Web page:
Other Name: CBT

Detailed Description:

PURPOSE:

The purpose of this study is to determine whether an 8-session MBCT intervention for PVD is more efficacious than an 8-session CBT intervention for improving women's pain intensity and reducing their sexual distress, catastrophizing and hypervigilance towards pain. The investigators will also examine whether pain improvements at follow-up are mediated by changes in self-compassion and mindfulness (in the MBCT arm only) and moderated by pre-treatment credibility, personality, and anxiety sensitivity.

HYPOTHESES:

  1. At follow-up (4 weeks, 6 months and 12 months post-treatment), women in the MBCT arm will experience a greater decline (vs. pre-treatment) in vestibular pain intensity compared to women in the CBT arm.
  2. At follow-up (4 weeks, 6 months and 12 months post-treatment), women in the MBCT arm will experience a greater decline (vs. pre-treatment) in sex-related distress, pain catastrophizing, hypervigilance, and self-reported pain during intercourse/other penetrative sex compared to women in the CBT arm.
  3. The investigators hypothesize that improvements in pain intensity during vestibular touch will be mediated by changes in self-compassion and mindfulness in the MBCT arm only at 6 and 12 months follow-up.
  4. The investigators hypothesize that pre-treatment credibility, personality, and anxiety sensitivity will significantly moderate improvements in pain intensity during vestibular touch at 6 and 12 months follow-up.
  5. The investigators hypothesize improvements in both arms on the "Patient Global Impression of Change Scale" and significantly greater improvements in the MBCT arm relative to the CBT arm at follow-up (4 weeks, 6 months and 12 months post-treatment).
  Eligibility

Ages Eligible for Study:   19 Years and older
Genders Eligible for Study:   Female
Accepts Healthy Volunteers:   No
Criteria

Inclusion Criteria:

  • diagnosis of provoked vestibulodynia (PVD)
  • 19 years of age or older
  • premenopausal
  • fluent in English
  • during the study, women must agree not to change any medications they are taking for PVD.

Exclusion Criteria:

  • unprovoked vulvar pain, other pathology causing pain with penetration, or chronic pelvic pain
  • being uncomfortable and unwilling to participate in a group setting.
  Contacts and Locations
Choosing to participate in a study is an important personal decision. Talk with your doctor and family members or friends about deciding to join a study. To learn more about this study, you or your doctor may contact the study research staff using the Contacts provided below. For general information, see Learn About Clinical Studies.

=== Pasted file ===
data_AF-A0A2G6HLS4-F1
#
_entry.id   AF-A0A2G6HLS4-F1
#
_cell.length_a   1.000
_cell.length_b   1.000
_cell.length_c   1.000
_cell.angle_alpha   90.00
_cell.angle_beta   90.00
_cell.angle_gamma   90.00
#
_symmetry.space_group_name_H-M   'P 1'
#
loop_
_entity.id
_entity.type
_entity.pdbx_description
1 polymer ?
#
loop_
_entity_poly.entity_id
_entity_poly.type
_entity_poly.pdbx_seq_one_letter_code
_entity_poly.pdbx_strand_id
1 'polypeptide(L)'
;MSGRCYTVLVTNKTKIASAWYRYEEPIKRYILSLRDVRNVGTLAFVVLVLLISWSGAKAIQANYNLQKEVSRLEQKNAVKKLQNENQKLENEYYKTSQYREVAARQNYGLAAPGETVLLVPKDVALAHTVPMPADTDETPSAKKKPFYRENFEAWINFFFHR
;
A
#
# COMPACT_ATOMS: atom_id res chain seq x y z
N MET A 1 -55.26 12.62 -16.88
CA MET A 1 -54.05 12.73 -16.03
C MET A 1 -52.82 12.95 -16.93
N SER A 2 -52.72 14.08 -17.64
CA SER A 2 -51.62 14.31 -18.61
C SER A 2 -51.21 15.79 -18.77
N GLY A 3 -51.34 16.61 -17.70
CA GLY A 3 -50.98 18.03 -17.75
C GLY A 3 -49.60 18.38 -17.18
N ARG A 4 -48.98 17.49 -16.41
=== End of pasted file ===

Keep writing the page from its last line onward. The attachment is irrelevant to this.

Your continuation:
Please refer to this study by its ClinicalTrials.gov identifier: NCT01704456

Contacts
Contact: Kelly B Smith, PhD 604-875-8258 Kelly.Smith@vch.ca
Contact: Lori A Brotto, PhD 604-875-4111 ext 68898 lori.brotto@vch.ca

Locations
Canada, British Columbia
British Columbia Centre for Sexual Medicine Recruiting
Vancouver, British Columbia, Canada, V5Z 1M9
Contact: Kelly B Smith, PhD    604-875-8258    kelly.smith@vch.ca   
Contact: Lori A Brotto, PhD    604-875-4111 ext 68898    lori.brotto@vch.ca   
Principal Investigator: Lori A Brotto, PhD         
Department of Gynaecology Recruiting
Vancouver, British Columbia, Canada, V5Z 1M9
Contact: Kelly B Smith, PhD    604-875-4111 ext 68901    kelly.smith@vch.ca   
Contact: Lori A Brotto, PhD    604-875-4111 ext 68898    lori.brotto@vch.ca   
Principal Investigator: Lori A Brotto, PhD         
Sponsors and Collaborators
University of British Columbia
Investigators
Principal Investigator: Lori A Brotto, PhD University of British Columbia
  More Information

Additional Information:
No publications provided

Responsible Party: University of British Columbia
ClinicalTrials.gov Identifier: NCT01704456     History of Changes
Other Study ID Numbers: H12-02358
Study First Received: August 22, 2012
Last Updated: January 29, 2014
Health Authority: Canada: Health Canada

Keywords provided by University of British Columbia:
provoked vestibulodynia
dyspareunia
vulvodynia
mindfulness
cognitive behavioural therapy

Additional relevant MeSH terms:
Vulvodynia
Vulvar Diseases
Genital Diseases, Female

ClinicalTrials.gov processed this record on July 28, 2014